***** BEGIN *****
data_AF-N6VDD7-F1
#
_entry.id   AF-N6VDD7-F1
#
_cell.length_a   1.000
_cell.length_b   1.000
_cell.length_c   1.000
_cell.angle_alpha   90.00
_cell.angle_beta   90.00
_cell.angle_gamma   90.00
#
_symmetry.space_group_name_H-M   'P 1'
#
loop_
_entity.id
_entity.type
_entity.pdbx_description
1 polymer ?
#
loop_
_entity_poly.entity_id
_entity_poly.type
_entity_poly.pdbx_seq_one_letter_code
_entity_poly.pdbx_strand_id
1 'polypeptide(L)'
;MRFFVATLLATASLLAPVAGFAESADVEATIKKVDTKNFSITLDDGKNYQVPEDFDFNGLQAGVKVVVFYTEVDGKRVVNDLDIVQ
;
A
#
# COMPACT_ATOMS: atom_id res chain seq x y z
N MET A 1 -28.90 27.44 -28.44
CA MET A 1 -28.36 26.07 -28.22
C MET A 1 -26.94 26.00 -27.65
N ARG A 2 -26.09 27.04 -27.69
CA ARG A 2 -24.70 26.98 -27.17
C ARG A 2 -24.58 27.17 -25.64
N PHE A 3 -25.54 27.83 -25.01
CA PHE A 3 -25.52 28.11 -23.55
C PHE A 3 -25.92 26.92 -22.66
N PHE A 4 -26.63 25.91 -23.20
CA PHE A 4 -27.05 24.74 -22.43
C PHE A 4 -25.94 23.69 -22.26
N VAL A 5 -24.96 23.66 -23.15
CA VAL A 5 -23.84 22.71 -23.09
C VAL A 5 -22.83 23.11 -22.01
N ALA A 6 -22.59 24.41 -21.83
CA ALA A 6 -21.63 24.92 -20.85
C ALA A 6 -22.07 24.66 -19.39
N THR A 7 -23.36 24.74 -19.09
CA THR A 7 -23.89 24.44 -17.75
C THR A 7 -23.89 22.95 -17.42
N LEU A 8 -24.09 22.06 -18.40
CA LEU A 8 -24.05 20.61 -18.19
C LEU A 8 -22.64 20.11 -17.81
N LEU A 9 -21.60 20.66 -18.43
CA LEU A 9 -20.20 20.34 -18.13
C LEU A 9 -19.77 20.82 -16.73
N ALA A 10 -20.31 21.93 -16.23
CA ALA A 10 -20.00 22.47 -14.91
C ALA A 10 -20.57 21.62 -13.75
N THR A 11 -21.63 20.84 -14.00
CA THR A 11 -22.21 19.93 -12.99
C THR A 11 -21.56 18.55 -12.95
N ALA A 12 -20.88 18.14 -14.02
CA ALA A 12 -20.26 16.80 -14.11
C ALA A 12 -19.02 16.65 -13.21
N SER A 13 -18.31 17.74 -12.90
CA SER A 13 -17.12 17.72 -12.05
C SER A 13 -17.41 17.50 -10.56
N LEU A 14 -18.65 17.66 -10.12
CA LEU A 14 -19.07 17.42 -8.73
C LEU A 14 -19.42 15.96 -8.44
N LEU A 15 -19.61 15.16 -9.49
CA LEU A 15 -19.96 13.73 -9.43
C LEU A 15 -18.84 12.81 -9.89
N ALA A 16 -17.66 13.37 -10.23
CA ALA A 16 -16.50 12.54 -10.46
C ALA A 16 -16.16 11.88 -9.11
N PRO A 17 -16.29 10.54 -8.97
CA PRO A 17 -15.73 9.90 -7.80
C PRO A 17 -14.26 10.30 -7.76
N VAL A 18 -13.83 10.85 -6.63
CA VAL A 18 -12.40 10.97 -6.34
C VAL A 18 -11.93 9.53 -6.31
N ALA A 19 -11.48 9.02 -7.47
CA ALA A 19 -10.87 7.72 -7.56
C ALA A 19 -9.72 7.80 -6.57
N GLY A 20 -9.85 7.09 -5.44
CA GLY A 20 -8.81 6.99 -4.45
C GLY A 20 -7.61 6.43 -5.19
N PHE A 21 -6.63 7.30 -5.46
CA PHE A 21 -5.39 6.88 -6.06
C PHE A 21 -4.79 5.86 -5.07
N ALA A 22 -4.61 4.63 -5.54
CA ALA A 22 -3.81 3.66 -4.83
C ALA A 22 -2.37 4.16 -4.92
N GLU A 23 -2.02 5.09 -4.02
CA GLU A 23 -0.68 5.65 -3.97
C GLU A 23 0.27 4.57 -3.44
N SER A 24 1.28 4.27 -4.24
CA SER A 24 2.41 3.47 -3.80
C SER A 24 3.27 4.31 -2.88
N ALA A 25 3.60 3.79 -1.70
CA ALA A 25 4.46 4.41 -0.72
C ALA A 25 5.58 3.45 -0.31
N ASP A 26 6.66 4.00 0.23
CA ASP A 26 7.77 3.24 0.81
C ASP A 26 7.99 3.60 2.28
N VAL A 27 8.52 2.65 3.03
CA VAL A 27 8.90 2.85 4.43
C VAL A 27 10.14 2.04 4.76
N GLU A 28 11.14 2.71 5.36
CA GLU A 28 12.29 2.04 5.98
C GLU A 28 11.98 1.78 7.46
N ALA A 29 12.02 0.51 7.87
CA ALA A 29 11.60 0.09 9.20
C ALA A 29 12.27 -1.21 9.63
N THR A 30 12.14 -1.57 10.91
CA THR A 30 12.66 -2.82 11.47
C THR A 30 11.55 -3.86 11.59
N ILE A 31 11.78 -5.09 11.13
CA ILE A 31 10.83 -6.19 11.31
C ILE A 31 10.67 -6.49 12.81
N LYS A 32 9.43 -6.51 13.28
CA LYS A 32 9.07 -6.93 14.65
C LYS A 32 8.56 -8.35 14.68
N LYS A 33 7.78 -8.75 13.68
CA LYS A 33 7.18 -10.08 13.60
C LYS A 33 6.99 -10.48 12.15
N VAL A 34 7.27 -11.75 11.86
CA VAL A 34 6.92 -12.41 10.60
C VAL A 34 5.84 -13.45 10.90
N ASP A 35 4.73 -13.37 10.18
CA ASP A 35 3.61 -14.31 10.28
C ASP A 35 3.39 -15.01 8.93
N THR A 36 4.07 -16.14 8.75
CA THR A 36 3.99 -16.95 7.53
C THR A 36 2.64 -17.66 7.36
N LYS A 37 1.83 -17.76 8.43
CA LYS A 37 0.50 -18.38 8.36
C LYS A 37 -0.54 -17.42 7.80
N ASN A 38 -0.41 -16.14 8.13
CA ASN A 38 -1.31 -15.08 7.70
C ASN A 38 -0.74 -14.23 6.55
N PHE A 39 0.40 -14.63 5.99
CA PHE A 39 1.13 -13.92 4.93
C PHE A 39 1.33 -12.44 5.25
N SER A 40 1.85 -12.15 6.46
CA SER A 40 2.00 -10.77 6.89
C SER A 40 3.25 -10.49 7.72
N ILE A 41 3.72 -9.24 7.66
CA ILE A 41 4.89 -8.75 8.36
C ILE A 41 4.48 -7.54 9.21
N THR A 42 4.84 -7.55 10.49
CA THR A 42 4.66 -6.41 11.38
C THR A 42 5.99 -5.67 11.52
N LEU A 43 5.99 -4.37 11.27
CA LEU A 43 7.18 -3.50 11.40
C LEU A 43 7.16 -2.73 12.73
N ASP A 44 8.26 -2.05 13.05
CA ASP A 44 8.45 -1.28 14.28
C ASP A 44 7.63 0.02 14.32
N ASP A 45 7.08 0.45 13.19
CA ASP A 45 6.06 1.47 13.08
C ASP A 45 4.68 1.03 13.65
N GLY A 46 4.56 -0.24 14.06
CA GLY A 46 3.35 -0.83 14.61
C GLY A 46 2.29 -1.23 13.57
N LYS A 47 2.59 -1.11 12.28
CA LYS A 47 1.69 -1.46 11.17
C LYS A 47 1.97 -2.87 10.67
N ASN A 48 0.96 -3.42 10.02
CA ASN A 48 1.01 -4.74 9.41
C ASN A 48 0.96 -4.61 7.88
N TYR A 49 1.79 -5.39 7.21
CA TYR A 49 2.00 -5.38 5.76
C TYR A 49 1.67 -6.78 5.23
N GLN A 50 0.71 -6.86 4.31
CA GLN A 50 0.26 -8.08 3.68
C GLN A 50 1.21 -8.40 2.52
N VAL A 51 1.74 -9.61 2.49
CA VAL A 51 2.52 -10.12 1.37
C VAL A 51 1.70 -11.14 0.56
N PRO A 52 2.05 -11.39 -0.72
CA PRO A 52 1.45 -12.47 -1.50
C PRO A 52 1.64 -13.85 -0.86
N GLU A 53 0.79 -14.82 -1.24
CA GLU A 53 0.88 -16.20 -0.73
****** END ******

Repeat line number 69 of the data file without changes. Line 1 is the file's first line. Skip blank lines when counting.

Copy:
C SER A 13 -17.41 17.50 -10.56